Tuesday, 5 September 2017

Can deep learning change travel and tourism?

As data becomes the difference between a growing brand and one in decline, EyeforTravel’s new Does Deep Learning Hold the Answers? report finds that deep learning can and is changing the travel landscape.

Travel could be one of the main beneficiaries of rapid advances in Artificial Intelligence (AI) learning techniques as struggles to utilise huge amounts of data in order to understand complex human behaviours. Key to this is deep learning according to the report, which is free to download now. This a method where neural networks organised in hierarchical layers evaluate data sets. Deep learning deliberately aims to emulate the way that human and animal brains interpret information and consequently is making huge strides.

Currently, the technology still is at an early stage and the neural nets that power deep learning are far simpler than biological counterparts, usually using layers of nodes that passes a decision onto the next layer of nodes once a value has been reached. Therefore, what it truly excels at is focusing on a single task, which is typically finding relationships and patterns in very large quantities of data.

“What we are doing now is artificial narrow intelligence, AI that’s specific to a certain task,” says Amer Mohammed, Head of Digital Innovation at Stena Line. “We need to come up with mathematical models that can actually understand the world, not just fake understand it.” In the meantime some of these tasks that deep learning is already being used for in travel include pricing, language processing, image recognition, consumer analysis, and market modelling.

In the future, AIs will be able to tackle multiple tasks and come closer to human abilities as rapid advancements are being constantly made at the bleeding-edge of machine learning. Already Google’s DeepMind division has been able to build a multi-tasking AI and the rate of advance is staggering.

However, there a major issues and bottlenecks still to conquer if neural networks genuinely want to get close to the capabilities of the human brain. One key issue is the data and power that deep learning requires. For a neural network to effectively learn it most often required and often a guiding hand when initially tackling the task. They also a greedy when it comes to IT requirements. Whereas the human brain runs on the equivalent of around 20 watts, the AI that beat the top Go player in the world required 50,000 times that. Russian metasearch company Aviasales notes in the report that “System resource is the only limit. Even our test library consumes a lot. Hence, we could be more productive by achieving [a] new level of computer performance.”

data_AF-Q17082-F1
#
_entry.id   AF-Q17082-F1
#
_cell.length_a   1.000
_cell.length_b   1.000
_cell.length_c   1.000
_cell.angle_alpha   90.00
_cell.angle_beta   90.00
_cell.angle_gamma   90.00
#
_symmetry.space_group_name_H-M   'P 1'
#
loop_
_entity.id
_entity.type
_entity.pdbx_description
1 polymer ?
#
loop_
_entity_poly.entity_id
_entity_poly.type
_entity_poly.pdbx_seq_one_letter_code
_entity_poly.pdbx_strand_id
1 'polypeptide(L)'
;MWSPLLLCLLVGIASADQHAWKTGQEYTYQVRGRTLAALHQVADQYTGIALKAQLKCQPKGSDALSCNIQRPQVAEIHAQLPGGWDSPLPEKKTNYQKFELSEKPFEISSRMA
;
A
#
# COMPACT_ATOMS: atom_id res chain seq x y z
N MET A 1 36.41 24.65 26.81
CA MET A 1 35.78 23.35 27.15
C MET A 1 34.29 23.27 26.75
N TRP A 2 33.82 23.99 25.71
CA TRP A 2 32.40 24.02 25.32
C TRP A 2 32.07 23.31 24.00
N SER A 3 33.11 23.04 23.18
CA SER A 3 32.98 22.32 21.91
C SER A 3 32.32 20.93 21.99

“The opportunities are enormous and already unveiling themselves,” says Alex Hadwick, Head of Research at EyeforTravel. “Almost everything in travel has a huge number of variables as trip itineraries are complex with multiple decision points, making deep learning especially suited to drawing conclusions from the masses of data. The other thing about deep learning is that we are training it to get better and better every time we add information, so in theory this could be a really powerful tool for personalization. There is the potential to conduct far larger scale and more variated testing and then to combine this information and refine at each stage through dep learning.”

“It’s definitely going to come with ethical challenges, however,” believes Hadwick. Neural networks can end up being black boxes due to their complexity and multiple layers of decision making. You can find yourself with an answer but not knowing how the AI arrived at it. This will run counter to European data regulations in the case of customer-facing decisions and data for starters. We can also end up programming in our own biases and ignore potential mistakes, so we need to understand and master this technology and ask where it best deployed. If we do though, the possibilities are vast.”

To find out more about deep learning download the free report now and see:
  • What brands such as Amadeus, Expedia, Stena Line, and The Travel Corporation are doing to harness deep learning.
  • How neural nets have been developed and how they power deep learning.
  • Where deep learning will transform the industry.
  • How deep learning can save time and reduce costs.
  • What the limits are to deep learning and how regulation might affect it.

The report is part two of EyeforTravel’s How Will Artificial Intelligence Transform Travel? report series. You can find the first report, which studies chatbots in travel, by clicking here.